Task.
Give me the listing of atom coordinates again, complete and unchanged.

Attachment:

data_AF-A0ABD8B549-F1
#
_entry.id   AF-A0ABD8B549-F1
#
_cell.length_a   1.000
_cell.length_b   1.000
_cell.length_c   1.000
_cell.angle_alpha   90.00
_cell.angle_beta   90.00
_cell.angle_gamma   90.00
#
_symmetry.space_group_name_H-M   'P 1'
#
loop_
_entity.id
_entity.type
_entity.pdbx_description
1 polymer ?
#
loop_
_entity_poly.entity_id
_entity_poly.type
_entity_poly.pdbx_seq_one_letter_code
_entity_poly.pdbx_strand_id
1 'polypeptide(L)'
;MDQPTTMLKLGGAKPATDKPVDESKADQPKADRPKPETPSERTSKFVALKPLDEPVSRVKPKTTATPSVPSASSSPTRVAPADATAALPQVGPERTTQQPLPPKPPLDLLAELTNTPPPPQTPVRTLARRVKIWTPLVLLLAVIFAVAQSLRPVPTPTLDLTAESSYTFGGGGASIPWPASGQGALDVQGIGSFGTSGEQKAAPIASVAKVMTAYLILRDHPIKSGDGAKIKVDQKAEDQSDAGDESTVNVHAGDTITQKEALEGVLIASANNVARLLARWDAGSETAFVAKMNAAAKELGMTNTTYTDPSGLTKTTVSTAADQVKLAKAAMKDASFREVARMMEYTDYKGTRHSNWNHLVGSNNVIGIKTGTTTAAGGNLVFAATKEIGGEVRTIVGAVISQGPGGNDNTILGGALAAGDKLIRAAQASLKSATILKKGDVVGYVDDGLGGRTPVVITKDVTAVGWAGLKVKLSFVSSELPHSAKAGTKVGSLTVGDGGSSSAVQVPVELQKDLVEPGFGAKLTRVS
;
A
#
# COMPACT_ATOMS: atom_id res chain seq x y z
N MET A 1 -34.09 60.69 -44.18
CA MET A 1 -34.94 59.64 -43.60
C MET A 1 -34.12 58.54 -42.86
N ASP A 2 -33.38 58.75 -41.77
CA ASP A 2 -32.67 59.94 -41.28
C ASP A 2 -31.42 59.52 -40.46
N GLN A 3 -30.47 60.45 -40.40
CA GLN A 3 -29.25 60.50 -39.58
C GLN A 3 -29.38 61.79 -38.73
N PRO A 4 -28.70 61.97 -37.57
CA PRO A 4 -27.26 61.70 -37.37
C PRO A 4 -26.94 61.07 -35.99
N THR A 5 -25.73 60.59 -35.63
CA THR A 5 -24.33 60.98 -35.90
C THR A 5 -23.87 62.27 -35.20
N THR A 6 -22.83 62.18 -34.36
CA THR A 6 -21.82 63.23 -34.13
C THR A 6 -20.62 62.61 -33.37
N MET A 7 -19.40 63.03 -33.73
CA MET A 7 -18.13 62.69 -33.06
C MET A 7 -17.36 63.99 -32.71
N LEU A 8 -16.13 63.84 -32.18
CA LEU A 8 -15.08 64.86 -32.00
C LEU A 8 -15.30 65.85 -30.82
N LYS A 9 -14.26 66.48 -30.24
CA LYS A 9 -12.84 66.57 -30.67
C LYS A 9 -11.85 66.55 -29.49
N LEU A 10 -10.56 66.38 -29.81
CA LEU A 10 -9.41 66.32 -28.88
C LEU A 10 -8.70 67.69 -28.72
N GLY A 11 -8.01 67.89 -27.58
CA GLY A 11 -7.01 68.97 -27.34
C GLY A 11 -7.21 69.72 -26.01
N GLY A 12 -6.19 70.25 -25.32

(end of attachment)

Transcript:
data_AF-A0ABD8B549-F1
#
_entry.id   AF-A0ABD8B549-F1
#
_cell.length_a   1.000
_cell.length_b   1.000
_cell.length_c   1.000
_cell.angle_alpha   90.00
_cell.angle_beta   90.00
_cell.angle_gamma   90.00
#
_symmetry.space_group_name_H-M   'P 1'
#
loop_
_entity.id
_entity.type
_entity.pdbx_description
1 polymer ?
#
loop_
_entity_poly.entity_id
_entity_poly.type
_entity_poly.pdbx_seq_one_letter_code
_entity_poly.pdbx_strand_id
1 'polypeptide(L)'
;MDQPTTMLKLGGAKPATDKPVDESKADQPKADRPKPETPSERTSKFVALKPLDEPVSRVKPKTTATPSVPSASSSPTRVAPADATAALPQVGPERTTQQPLPPKPPLDLLAELTNTPPPPQTPVRTLARRVKIWTPLVLLLAVIFAVAQSLRPVPTPTLDLTAESSYTFGGGGASIPWPASGQGALDVQGIGSFGTSGEQKAAPIASVAKVMTAYLILRDHPIKSGDGAKIKVDQKAEDQSDAGDESTVNVHAGDTITQKEALEGVLIASANNVARLLARWDAGSETAFVAKMNAAAKELGMTNTTYTDPSGLTKTTVSTAADQVKLAKAAMKDASFREVARMMEYTDYKGTRHSNWNHLVGSNNVIGIKTGTTTAAGGNLVFAATKEIGGEVRTIVGAVISQGPGGNDNTILGGALAAGDKLIRAAQASLKSATILKKGDVVGYVDDGLGGRTPVVITKDVTAVGWAGLKVKLSFVSSELPHSAKAGTKVGSLTVGDGGSSSAVQVPVELQKDLVEPGFGAKLTRVS
;
A
#
# COMPACT_ATOMS: atom_id res chain seq x y z
N MET A 1 -34.09 60.69 -44.18
CA MET A 1 -34.94 59.64 -43.60
C MET A 1 -34.12 58.54 -42.86
N ASP A 2 -33.38 58.75 -41.77
CA ASP A 2 -32.67 59.94 -41.28
C ASP A 2 -31.42 59.52 -40.46
N GLN A 3 -30.47 60.45 -40.40
CA GLN A 3 -29.25 60.50 -39.58
C GLN A 3 -29.38 61.79 -38.73
N PRO A 4 -28.70 61.97 -37.57
CA PRO A 4 -27.26 61.70 -37.37
C PRO A 4 -26.94 61.07 -35.99
N THR A 5 -25.73 60.59 -35.63
CA THR A 5 -24.33 60.98 -35.90
C THR A 5 -23.87 62.27 -35.20
N THR A 6 -22.83 62.18 -34.36
CA THR A 6 -21.82 63.23 -34.13
C THR A 6 -20.62 62.61 -33.37
N MET A 7 -19.40 63.03 -33.73
CA MET A 7 -18.13 62.69 -33.06
C MET A 7 -17.36 63.99 -32.71
N LEU A 8 -16.13 63.84 -32.18
CA LEU A 8 -15.08 64.86 -32.00
C LEU A 8 -15.30 65.85 -30.82
N LYS A 9 -14.26 66.48 -30.24
CA LYS A 9 -12.84 66.57 -30.67
C LYS A 9 -11.85 66.55 -29.49
N LEU A 10 -10.56 66.38 -29.81
CA LEU A 10 -9.41 66.32 -28.88
C LEU A 10 -8.70 67.69 -28.72
N GLY A 11 -8.01 67.89 -27.58
CA GLY A 11 -7.01 68.97 -27.34
C GLY A 11 -7.21 69.72 -26.01
N GLY A 12 -6.19 70.25 -25.32